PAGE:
I highly encourage you to read Silent Night, or to watch the great movie Joyeux Noel which dramatizes the Christmas truce, this Christmas season. You won’t regret it. And finally, remember that Jesus is truly our Prince of Peace, no matter what storm you encounter whether personal struggle or worldwide war.

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christmastruce1914_2

This Christmas Eve marks the 100th anniversary of the Christmas Truce, when French, British, Scottish, and German soldiers unexpectedly laid down their arms and celebrated Christmas together. It was a remarkable event unmatched in its touching display of humanity despite the horrors surrounding them. A few years ago, I wrote about Silent Night, a book by Stanley Weintraub that chronicled the events of this truce. I want to highlight this article again here and encourage you to soak in some of these remarkable details of this incredible event. Tomorrow I will write a little more about the truce and what it should mean to all of us.

Stanley Weintraub’s Silent Night isn’t a book that warrants a long review because the point is so clear. The book is about the World War I Christmas Truce. All over the front lines in Europe in 1914, men laid down their arms and remembered the Prince of Peace. During and afterwards, many wondered why they were fighting in the first place. Weintraub’s book retells the events of “horror taking a holiday” over Christmas on the front lines through soldiers’ personal recollections and other reports.

On June 28, 1914, Bosnian-Serb student Gavrilo Princip assassinated Archduke Franz Ferdinand, the heir to the Austro-Hungarian throne. The murder triggered a fast-paced series of events that ultimately led to what we now call World War I. On one side were the Entente Powers: France, the United Kingdom, and Russia; on the other side were the Central Powers: Germany and Austria-Hungary. By August 1914, the countries were engaged in total war the likes of which had never been seen on earth – trench warfare. On the front lines, opposing men were separated at times by less than 100 feet, living in filthy trenches dug into the ground. Both sides believed that the war would be over quickly, but as December 1914 approached such a resolution seemed much less likely. Soldiers excited of the prospects of war glory quickly lost their initial enthusiasm in favor of sheer survival. But as Christmas eve approached, an unlikely truce was forged by troops all across the front lines. Much was learned when those who only knew their enemies through propaganda and caricatures actually conversed with their foes. Read More→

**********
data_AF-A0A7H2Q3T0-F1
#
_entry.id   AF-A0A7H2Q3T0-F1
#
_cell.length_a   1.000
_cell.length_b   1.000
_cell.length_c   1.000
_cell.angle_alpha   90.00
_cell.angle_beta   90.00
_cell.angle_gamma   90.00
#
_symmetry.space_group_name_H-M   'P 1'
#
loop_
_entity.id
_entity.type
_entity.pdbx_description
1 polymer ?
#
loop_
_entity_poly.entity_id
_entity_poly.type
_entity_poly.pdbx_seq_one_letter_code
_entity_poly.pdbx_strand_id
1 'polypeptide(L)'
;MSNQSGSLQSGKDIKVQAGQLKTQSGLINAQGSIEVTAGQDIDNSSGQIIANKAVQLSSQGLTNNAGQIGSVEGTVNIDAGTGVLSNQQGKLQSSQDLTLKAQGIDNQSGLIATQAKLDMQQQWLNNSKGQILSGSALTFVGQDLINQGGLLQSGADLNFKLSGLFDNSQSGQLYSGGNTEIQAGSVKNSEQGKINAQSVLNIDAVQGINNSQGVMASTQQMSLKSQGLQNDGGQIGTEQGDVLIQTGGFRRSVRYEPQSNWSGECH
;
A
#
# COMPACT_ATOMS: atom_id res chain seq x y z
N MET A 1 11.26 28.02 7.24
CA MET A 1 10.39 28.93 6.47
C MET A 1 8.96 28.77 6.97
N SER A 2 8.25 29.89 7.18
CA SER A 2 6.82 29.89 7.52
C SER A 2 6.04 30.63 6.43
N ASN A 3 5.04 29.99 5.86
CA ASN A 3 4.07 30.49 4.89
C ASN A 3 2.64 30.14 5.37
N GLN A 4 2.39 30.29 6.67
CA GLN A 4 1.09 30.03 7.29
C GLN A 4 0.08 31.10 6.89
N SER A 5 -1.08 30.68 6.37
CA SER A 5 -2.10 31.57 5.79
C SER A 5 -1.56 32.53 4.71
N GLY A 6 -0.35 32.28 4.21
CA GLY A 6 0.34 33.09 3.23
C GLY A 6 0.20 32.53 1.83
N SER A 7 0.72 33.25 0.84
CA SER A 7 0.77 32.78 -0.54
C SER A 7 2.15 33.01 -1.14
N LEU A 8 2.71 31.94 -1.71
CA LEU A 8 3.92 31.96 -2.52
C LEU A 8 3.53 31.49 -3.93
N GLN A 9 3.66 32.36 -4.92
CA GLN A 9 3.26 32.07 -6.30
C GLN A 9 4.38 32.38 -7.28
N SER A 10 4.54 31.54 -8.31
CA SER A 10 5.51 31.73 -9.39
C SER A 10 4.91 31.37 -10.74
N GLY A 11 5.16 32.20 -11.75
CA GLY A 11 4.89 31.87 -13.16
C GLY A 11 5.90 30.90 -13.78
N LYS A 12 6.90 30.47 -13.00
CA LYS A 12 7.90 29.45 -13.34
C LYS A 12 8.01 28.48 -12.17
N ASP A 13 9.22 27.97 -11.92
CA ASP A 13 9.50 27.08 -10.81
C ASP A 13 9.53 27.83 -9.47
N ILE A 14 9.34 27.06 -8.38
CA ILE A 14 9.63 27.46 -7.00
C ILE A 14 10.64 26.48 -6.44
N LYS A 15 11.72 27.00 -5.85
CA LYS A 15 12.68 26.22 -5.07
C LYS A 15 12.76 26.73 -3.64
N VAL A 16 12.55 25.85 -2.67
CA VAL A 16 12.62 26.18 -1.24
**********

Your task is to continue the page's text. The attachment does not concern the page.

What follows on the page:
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Review of Dean Becker, To End the War on Drugs: A Guide for Politicians, the Press, and the Public (DTN Media, 2014), iv + 337 pgs., paperback.

It was a hundred years ago this month that Congress enacted the Harrison Narcotics Act to make the importation, manufacturing, sale, and distribution of cocaine and opiates illegal without being registered with the Bureau of Internal Revenue, recording each transaction, and paying an annual tax and licensing fee. This was the federal government’s first major salvo in the war on drugs.

Dean Becker has just launched his own salvo, but in the opposite direction. He is a man on a mission—a mission to end the drug war. His new book, To End the War on Drugs, will tell you why Bush drug czar John Walters refused not only to consent to an interview, but to even talk to the author.

Read More→

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Jacques-Ellul-If-You-Are-The-Son-Of-GodLooking for a great read to give that libertarian in your life this Christmas? Want to delve deep into something interesting over your Christmas vacation? Every year, I make it a point to highlight the best (in my opinion) recent and classic books about Christianity or libertarianism, and some books that address both at the same time.  This year’s list really focuses on theology even more than liberty, but I can guarantee you will find great some great books for just about anyone here. And of course, you can find much more in LCC’s many other book lists, or in our little bookstore. Let the reading commence!

1. If You Are the Son of God by Jacques Ellul – If I were to recommend that you read one book this Christmas season, make it Ellul. This little 100-page book is immensely challenging on multiple levels. It will, of course, make you think deeply about your own theology (even if you disagree with some of it), but it will also reveal the corrupting influence of power within the world around us. I am personally giving this book to multiple friends and family this Christmas. Check out my review here.

2. For the Least of These: A Biblical Answer to Poverty, edited by Anne Bradley and Art Lindsey – The Institute for Faith, Work, and Economics has released this edited volume as a response to the terrible policies promoted by some Christians that supposedly help the poor. Using sound economics and good theology, they make it clear that it is capitalism and voluntary charity, not government and force, that lifts the plight of the poor and promotes human flourishing. You will definitely see a review of this book on LCC in early 2015. Read More→